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Author Topic: HELPFUL TIP TO IMPROVE OVERALL LSAT PERFORMANCE  (Read 3388 times)

casino

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Re: HELPFUL TIP TO IMPROVE OVERALL LSAT PERFORMANCE
« Reply #10 on: July 27, 2004, 05:24:50 PM »
take the logic class, it can't hurt you.  but, study your azz off.  i, for one, do not believe too much that reading the ny times or the economist every day can help you significantly -- at least not in two or three months.  i subscribe to the economist and the ny times is my internet homepage; no RC passage i have ever seen resembles either one of those.

take every prep test you can, study your answers, identify your weak spots, and make sure you get good at the games section.  read, yes, but there is no substitute for RC passages.  those are special. :)

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aboynoir

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Re: HELPFUL TIP TO IMPROVE OVERALL LSAT PERFORMANCE
« Reply #11 on: July 27, 2004, 06:10:38 PM »
I just picked up the Princeton Review "cramming for the lsat" book. I paid an extra $15 for the version with the CD. It has it setup like an 8 week program. I will give it a wirl... hopefully the results are significant.

zxcvbnm

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Re: HELPFUL TIP TO IMPROVE OVERALL LSAT PERFORMANCE
« Reply #12 on: July 27, 2004, 06:33:40 PM »
IMO, a logic course is either going to be too little or too much; to my knowledge, there isn't a logic course that would be helpful enough for the LSAT to warrant taking it for that purpose alone. If it's one of those lightweight "Introduction to Critical Thinking" courses (aka "Reasoning for Dummies"), where you do things like spot the fallacy or pick out the bias in an argument, then probably anyone taking the LSAT is beyond this stuff and wouldn't stand to gain much. On the other hand, any course in formal logic would be serious overkill. I did a lot of analytical philosophy in college and had my fair share of formal logic, and only perhaps the first two weeks of Intro to Symbolic Logic, which include conditionals, truth tables, DeMorgan's Law, etc., is at all useful for the LSAT. The rest of the stuff -- formal proofs of validity, polyadic quantifiation, etc. -- isn't going be of much use. Philosophy of Logic is even worse; no way is discussion of undecidability and imcompleteness going to do anyone any good. I'd suggest just taking a few interesting looking, traditional philosophy courses. Reading and trying to understand Hume, Kant, Locke, Descartes, et al. will do wonders for one's reading comprehension and logical reasoning abilities. After four years of that, nearly everything in the LR sections is intuitive to me, and I attribute it much more to difficult readings in philosophy than any formal logic I've done.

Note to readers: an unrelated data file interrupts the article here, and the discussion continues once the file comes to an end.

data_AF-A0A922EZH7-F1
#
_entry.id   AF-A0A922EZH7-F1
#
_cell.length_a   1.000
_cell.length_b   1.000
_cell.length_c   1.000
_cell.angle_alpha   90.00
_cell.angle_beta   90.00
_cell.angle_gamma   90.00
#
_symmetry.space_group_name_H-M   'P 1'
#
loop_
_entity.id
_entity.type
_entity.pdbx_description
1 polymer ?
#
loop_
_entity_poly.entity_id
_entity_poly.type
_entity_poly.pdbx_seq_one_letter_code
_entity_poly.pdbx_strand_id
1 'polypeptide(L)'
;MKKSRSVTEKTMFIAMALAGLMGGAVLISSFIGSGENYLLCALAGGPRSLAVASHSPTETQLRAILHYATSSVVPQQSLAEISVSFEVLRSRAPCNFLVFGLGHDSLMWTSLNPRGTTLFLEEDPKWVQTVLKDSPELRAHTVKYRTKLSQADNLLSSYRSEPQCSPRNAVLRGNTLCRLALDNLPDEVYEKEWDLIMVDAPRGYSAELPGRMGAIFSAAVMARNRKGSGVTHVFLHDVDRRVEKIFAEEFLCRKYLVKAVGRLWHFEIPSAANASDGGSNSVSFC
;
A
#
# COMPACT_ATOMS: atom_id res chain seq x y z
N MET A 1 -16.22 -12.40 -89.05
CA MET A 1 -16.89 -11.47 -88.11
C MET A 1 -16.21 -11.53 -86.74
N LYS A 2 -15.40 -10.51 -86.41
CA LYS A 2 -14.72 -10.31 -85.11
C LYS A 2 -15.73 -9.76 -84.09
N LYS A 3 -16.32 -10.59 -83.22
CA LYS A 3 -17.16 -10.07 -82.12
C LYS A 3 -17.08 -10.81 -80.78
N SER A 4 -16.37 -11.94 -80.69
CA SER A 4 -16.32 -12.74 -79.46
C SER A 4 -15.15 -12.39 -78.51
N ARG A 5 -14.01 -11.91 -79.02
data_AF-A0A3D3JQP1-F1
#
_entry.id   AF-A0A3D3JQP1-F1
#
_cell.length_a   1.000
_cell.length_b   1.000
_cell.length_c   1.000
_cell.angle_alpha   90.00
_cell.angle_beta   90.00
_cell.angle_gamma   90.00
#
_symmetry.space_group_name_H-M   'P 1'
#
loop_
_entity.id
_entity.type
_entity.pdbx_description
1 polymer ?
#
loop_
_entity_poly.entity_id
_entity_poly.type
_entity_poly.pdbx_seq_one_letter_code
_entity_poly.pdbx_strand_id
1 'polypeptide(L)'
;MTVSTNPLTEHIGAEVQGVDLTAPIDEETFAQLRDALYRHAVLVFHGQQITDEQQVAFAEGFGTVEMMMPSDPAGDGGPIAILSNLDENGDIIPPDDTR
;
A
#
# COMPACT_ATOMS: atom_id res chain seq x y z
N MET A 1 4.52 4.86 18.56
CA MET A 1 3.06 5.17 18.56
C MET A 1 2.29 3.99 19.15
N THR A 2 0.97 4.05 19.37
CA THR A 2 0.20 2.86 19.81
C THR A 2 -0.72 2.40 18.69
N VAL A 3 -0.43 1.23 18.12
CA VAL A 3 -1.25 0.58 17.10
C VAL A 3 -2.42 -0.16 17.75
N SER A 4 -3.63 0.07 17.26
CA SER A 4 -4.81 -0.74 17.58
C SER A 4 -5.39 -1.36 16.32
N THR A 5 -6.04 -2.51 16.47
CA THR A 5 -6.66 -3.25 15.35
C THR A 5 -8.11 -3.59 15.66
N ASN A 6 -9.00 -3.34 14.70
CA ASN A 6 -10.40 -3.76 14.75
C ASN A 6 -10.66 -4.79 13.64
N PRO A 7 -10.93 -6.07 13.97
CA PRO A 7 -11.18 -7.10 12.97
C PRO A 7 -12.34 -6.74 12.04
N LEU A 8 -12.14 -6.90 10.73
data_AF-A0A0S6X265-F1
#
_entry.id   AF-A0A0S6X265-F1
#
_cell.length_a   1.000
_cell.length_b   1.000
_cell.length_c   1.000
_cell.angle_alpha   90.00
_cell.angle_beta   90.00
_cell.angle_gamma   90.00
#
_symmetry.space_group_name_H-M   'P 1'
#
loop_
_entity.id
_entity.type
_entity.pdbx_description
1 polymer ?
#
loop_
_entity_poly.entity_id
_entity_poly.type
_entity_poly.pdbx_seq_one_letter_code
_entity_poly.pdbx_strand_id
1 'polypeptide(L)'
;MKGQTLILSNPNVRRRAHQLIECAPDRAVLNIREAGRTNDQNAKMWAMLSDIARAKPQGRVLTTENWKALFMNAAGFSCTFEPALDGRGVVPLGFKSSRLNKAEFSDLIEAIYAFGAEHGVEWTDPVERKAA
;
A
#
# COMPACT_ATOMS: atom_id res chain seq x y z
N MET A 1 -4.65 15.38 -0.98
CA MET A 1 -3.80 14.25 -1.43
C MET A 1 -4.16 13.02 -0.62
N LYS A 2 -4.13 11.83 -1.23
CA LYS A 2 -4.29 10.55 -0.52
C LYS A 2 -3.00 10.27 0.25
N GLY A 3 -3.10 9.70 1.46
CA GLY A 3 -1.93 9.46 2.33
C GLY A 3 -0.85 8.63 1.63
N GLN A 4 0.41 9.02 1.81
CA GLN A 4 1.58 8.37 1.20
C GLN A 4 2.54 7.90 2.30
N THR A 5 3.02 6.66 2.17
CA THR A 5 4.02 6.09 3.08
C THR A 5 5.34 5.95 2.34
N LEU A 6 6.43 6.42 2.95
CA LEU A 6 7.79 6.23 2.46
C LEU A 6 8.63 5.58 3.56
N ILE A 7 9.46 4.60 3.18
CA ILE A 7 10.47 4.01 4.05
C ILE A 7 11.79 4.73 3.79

LSATGuru

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Re: HELPFUL TIP TO IMPROVE OVERALL LSAT PERFORMANCE
« Reply #13 on: July 27, 2004, 07:23:24 PM »
Your opinion about the reading material may be true, but I can produce a litany of examples of LR questions that have the contrapositive as the correct answer.  Simply put, knowing the basic structure of formal logic and being able to reflexively produce the contrapositive, transitive, etcetera along with knowing sufficient/necessary trigger words, is going to help pretty much anyone immensely on the Logical Reasoning.

The years of highly detailed and complex reading takes just that: years.  The Formal Logic methods stated above can be mastered with diligent practice in a few weeks.  I don't think any of these people are willing to put off law school for 2 or 3 years so they can peruse Kant and Decartes anthologies to up their comprehension.

IMO, a logic course is either going to be too little or too much; to my knowledge, there isn't a logic course that would be helpful enough for the LSAT to warrant taking it for that purpose alone. If it's one of those lightweight "Introduction to Critical Thinking" courses (aka "Reasoning for Dummies"), where you do things like spot the fallacy or pick out the bias in an argument, then probably anyone taking the LSAT is beyond this stuff and wouldn't stand to gain much. On the other hand, any course in formal logic would be serious overkill. I did a lot of analytical philosophy in college and had my fair share of formal logic, and only perhaps the first two weeks of Intro to Symbolic Logic, which include conditionals, truth tables, DeMorgan's Law, etc., is at all useful for the LSAT. The rest of the stuff -- formal proofs of validity, polyadic quantifiation, etc. -- isn't going be of much use. Philosophy of Logic is even worse; no way is discussion of undecidability and imcompleteness going to do anyone any good. I'd suggest just taking a few interesting looking, traditional philosophy courses. Reading and trying to understand Hume, Kant, Locke, Descartes, et al. will do wonders for one's reading comprehension and logical reasoning abilities. After four years of that, nearly everything in the LR sections is intuitive to me, and I attribute it much more to difficult readings in philosophy than any formal logic I've done.

Matthew_24_24

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Re: HELPFUL TIP TO IMPROVE OVERALL LSAT PERFORMANCE
« Reply #14 on: July 28, 2004, 02:36:02 PM »
I don't think a logic class is overkill for anyone minus those taking the October exam.  For anyone else, the things learned in that class will be invaluable.